Friday, November 17, 2006

Movies: 'Casino Royale'/'Stranger Than Fiction'

Two days off and a chance to see decent movies now that decent ones are finally coming out.

Casino Royale’ was Ian Fleming’s first book noel. It reads so differently from the rest with actual emotions from the lead character. He’s still a ruthless in his killing and priggish in his specificity, but there is dome depth to him. More than fifty years later the movie is much the same.

Producer Barbara Broccoli could be coming into her own, out from under the shadow of her father the original Bond producer. Things are dirty this time around. The fights aren’t clean, pro wrestling fights. They hurt to watch. It’s not Roger Moore stifling a grin as he gets pummeled by Jaws. It’s a guy taking it to the bollocks. Death takes an emotional impact and, no, it can’t be, Bond actually shows a lighter side with the ladies. The humor is mostly gone, this is serious stuff.

The gritty, black and white intro takes us into a men’s restroom where Bond and an unknown bad guy duke it out between toilet stalls and overflowing sinks. The inglorious killing Daniel Craig did in ‘Munich’ seems to have followed him to the new character.

As always, the globe-trotting script adds on some frequent flyer miles for a stop in Madagascar. An acrobatic bomb-maker jumps up and down a construction site like a cross between Jackie Chan and an X-Man. The Biarritz casino setting from the book is moved to Montenegro, but filmed in Lake Como and the Czech Republic. Apparently, Montenegro isn’t scenic enough. The movie still revolves around a high stakes card game, Bond’s first assignment as a ’00.’ The anarchists are still here. SMERSH is now a broker for terrorists

The ad placements are fun here. They usually are in the never ending Bond saga, but especially so here. The bad guy drives the ’64 Aston Martin while Bond drives a Ford, but he wins it in a card game. Virgin Atlantic paid for a spot and you see their planes in the airport backgrounds and, wait, was that Richard Branson at the metal detector?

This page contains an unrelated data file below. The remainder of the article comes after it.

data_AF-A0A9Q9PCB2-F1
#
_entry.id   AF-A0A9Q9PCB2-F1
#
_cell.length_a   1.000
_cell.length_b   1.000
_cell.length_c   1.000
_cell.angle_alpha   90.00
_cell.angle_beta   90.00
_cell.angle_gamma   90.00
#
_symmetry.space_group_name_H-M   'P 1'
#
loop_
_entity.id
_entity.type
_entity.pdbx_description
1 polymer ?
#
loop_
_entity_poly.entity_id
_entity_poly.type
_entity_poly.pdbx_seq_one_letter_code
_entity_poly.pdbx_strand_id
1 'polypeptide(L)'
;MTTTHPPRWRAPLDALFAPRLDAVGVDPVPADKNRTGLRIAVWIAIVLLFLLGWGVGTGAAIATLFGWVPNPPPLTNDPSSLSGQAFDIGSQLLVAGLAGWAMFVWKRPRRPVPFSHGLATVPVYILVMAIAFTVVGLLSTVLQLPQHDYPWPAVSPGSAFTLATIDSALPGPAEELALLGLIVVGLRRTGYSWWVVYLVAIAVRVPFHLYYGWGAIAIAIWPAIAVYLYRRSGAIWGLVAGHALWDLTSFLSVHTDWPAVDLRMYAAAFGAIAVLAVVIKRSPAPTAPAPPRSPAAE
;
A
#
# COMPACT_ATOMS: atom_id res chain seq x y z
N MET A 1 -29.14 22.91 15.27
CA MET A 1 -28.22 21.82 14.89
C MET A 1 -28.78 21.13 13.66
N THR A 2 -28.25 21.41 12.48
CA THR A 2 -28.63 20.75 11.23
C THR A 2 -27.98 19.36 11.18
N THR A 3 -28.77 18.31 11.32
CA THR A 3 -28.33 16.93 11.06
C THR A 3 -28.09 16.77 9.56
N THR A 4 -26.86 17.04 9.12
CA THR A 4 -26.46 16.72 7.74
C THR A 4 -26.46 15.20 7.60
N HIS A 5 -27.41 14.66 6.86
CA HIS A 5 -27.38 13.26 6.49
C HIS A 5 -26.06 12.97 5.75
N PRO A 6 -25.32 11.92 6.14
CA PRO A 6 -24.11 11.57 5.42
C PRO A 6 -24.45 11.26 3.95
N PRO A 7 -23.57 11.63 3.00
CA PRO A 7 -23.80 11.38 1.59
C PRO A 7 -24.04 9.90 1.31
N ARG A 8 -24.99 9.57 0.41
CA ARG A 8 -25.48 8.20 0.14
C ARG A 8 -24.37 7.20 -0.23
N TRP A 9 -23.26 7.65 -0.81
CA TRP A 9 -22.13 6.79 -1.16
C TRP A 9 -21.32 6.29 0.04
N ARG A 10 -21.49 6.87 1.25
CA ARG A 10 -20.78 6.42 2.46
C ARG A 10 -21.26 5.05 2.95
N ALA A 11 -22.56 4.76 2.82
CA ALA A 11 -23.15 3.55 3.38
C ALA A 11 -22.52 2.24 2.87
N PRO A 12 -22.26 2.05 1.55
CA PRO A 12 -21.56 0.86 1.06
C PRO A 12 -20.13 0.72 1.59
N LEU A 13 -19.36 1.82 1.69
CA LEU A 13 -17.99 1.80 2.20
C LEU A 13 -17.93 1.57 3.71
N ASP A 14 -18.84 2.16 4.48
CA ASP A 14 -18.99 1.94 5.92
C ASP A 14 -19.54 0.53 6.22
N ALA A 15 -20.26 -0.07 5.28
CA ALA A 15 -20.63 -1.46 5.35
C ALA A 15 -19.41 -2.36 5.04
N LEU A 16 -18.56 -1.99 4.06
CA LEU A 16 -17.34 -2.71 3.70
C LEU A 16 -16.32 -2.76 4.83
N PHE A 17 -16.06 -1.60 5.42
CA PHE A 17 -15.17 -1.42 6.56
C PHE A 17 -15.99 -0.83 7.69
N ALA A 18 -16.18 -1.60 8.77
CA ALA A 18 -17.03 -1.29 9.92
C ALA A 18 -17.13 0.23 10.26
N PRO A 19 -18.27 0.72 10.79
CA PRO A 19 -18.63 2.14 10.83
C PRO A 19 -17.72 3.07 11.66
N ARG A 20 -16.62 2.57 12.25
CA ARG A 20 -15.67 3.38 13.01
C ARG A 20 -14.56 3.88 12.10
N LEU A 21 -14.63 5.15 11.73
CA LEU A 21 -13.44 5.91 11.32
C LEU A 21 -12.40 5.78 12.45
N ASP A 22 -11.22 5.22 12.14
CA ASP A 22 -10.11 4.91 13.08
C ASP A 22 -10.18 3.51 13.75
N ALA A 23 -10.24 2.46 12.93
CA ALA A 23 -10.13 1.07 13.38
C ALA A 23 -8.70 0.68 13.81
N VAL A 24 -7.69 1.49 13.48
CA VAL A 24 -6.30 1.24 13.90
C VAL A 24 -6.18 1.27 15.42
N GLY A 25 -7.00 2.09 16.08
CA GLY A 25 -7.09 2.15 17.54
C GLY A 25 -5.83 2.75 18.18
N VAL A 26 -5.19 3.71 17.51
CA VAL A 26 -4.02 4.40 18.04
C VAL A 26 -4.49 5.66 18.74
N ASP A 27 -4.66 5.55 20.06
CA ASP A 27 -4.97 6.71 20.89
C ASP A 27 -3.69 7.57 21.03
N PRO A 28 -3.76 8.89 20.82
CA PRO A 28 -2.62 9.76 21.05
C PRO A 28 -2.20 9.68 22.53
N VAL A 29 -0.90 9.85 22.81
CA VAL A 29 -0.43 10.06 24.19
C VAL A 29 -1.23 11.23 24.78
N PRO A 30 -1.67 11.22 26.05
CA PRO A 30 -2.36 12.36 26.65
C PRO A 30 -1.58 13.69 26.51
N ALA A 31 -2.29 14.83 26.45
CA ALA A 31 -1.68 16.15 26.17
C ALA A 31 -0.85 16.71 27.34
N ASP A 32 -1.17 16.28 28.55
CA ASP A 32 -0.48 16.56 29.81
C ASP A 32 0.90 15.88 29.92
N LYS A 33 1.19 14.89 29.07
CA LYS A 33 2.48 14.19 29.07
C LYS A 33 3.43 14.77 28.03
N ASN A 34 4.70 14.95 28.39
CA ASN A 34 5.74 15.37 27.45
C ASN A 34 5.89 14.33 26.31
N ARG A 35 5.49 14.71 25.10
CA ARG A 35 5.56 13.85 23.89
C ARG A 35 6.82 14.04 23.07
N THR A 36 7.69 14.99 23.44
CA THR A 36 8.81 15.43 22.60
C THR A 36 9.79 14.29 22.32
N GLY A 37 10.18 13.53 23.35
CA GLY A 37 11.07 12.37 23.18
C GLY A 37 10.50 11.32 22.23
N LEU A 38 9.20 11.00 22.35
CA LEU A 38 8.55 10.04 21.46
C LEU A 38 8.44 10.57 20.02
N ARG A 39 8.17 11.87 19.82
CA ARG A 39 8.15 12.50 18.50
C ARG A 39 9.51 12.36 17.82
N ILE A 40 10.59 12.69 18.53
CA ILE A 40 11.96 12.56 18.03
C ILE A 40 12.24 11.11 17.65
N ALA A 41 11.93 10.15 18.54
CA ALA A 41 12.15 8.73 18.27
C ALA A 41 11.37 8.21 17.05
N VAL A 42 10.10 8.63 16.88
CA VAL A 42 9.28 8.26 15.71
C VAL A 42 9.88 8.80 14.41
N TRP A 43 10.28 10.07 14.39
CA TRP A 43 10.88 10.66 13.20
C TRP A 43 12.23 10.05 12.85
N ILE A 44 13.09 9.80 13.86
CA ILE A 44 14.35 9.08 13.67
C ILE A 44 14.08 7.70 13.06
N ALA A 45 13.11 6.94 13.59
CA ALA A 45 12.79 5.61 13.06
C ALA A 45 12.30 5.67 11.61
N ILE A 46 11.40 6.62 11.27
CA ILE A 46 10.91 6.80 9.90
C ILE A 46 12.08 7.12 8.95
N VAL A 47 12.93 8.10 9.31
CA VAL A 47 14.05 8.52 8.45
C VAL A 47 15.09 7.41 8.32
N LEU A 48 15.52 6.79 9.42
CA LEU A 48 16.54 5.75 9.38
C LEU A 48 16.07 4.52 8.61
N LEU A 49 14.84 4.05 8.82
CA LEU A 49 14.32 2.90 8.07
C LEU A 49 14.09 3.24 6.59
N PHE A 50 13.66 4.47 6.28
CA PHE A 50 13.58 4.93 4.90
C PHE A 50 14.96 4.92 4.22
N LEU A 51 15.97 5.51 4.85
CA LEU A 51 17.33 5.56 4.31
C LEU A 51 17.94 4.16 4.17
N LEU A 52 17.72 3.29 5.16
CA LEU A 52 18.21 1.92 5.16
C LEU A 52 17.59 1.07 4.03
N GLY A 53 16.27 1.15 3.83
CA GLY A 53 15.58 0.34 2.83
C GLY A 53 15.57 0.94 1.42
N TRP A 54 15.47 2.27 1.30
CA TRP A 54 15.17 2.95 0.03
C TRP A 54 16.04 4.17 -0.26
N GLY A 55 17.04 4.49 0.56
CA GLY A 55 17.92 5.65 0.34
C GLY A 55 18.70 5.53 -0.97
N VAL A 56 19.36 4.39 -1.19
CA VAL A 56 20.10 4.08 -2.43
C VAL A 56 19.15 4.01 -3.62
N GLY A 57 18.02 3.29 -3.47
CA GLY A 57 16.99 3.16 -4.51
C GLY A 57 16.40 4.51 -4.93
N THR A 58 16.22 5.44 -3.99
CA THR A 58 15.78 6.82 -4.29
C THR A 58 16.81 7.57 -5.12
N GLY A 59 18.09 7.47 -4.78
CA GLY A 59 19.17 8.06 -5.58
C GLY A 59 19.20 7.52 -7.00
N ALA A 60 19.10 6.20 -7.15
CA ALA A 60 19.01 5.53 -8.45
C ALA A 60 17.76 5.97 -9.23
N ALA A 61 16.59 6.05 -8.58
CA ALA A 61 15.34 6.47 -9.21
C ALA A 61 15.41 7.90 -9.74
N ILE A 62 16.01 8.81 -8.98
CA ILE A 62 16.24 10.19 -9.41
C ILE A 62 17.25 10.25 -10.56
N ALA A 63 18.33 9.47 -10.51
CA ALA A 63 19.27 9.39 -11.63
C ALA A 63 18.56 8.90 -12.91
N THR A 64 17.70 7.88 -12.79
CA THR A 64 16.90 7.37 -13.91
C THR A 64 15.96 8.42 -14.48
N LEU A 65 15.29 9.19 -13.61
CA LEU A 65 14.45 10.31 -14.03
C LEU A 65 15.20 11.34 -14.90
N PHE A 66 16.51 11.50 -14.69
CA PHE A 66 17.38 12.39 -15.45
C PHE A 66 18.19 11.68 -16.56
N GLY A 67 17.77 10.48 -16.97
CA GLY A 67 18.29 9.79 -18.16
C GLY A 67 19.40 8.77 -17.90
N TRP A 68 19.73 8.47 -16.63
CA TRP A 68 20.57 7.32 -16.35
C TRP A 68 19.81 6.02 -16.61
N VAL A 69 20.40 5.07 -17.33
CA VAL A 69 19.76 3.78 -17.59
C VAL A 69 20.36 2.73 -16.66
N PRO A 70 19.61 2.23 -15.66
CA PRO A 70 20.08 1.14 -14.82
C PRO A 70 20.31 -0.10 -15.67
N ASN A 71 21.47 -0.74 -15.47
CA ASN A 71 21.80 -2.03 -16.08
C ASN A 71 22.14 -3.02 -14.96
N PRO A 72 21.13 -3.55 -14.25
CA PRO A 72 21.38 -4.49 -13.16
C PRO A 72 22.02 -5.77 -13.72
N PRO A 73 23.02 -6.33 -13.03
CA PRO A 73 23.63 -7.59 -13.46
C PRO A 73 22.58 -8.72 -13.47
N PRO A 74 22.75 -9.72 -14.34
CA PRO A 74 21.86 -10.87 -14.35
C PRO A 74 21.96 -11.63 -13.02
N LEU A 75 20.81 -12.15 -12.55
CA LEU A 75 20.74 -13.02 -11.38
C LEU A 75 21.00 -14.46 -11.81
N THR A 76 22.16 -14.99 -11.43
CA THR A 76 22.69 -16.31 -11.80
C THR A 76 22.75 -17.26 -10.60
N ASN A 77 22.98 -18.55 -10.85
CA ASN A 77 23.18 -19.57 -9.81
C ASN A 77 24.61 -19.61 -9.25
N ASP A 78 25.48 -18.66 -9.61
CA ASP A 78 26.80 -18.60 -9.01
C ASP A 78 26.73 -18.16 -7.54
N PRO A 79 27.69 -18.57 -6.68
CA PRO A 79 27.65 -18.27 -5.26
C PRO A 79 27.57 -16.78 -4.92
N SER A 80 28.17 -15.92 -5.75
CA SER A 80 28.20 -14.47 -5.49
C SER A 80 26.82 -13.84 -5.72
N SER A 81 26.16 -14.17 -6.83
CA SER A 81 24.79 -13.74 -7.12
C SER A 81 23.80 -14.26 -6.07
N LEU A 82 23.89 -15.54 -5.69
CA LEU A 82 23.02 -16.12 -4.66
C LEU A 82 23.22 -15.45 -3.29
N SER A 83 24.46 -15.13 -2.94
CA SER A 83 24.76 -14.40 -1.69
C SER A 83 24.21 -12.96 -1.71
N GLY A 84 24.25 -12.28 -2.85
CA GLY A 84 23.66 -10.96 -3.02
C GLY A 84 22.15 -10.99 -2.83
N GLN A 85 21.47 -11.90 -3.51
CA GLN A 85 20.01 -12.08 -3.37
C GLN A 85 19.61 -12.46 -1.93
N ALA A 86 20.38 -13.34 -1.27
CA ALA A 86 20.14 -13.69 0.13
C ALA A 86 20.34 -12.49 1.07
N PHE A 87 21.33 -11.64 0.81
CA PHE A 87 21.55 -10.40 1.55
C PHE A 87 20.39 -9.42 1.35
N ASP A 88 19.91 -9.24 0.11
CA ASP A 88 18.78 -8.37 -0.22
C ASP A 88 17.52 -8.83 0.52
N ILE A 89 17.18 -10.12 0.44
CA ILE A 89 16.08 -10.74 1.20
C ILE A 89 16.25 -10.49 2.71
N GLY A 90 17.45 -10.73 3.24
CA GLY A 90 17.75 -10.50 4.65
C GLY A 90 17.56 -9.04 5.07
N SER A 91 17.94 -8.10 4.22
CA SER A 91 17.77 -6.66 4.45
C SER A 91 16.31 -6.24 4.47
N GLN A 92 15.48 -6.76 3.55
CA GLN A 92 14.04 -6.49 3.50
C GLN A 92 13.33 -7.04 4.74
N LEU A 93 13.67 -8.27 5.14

The reality of Will Ferrell’s life in “Stranger Than Fiction” is that it is being made for him, or rather, it is being narrated to him as he does.

Ferrell is an IRS guy who has limited social skills but can do math even better than Rain Man. Emma Thompson has all the life drained out her to play a novelist who can’t kill her protagonist and stubs her cigarettes out in spittle fed tissues. Maggie Gylenhaal again plays the ingénue who sleeps with the older guy, this time Ferrell. Dustin Hoffmann repeats his existentialism mentor role from ‘I Heart Huckabees’ with a lifeguard whistle to replace Lillie Tomlin.

Yes, it’s a pretty good story, but it’s the design that’s cool here. The best way I can put it is that it’s architectural. The buildings each character lives in reflect who they are as people. Bland post-modern apartment for numbers-driven Ferrell, futuristic ‘pod’ for the colleague who wants to go to Space Camp, lived in brownstone with dark wood and beads for social activist-cum-brownie baker Gylenhaal, and a furniture-less, bright white space with one potted plant for the author who hasn’t published a book in ten years. The buildings in movie and the way they are shown play a huge part of the look of the movie. The rest is in the counting steps, measuring vectors, and marking time that animate ‘Harold Crick’s point of view as he takes in Chicago, one measured step at a time.

The music is pretty good too, with a lot of songs by Spoon but, according to reviews I’ve read, the soundtrack available for purchase isn’t nearly as accommodating.


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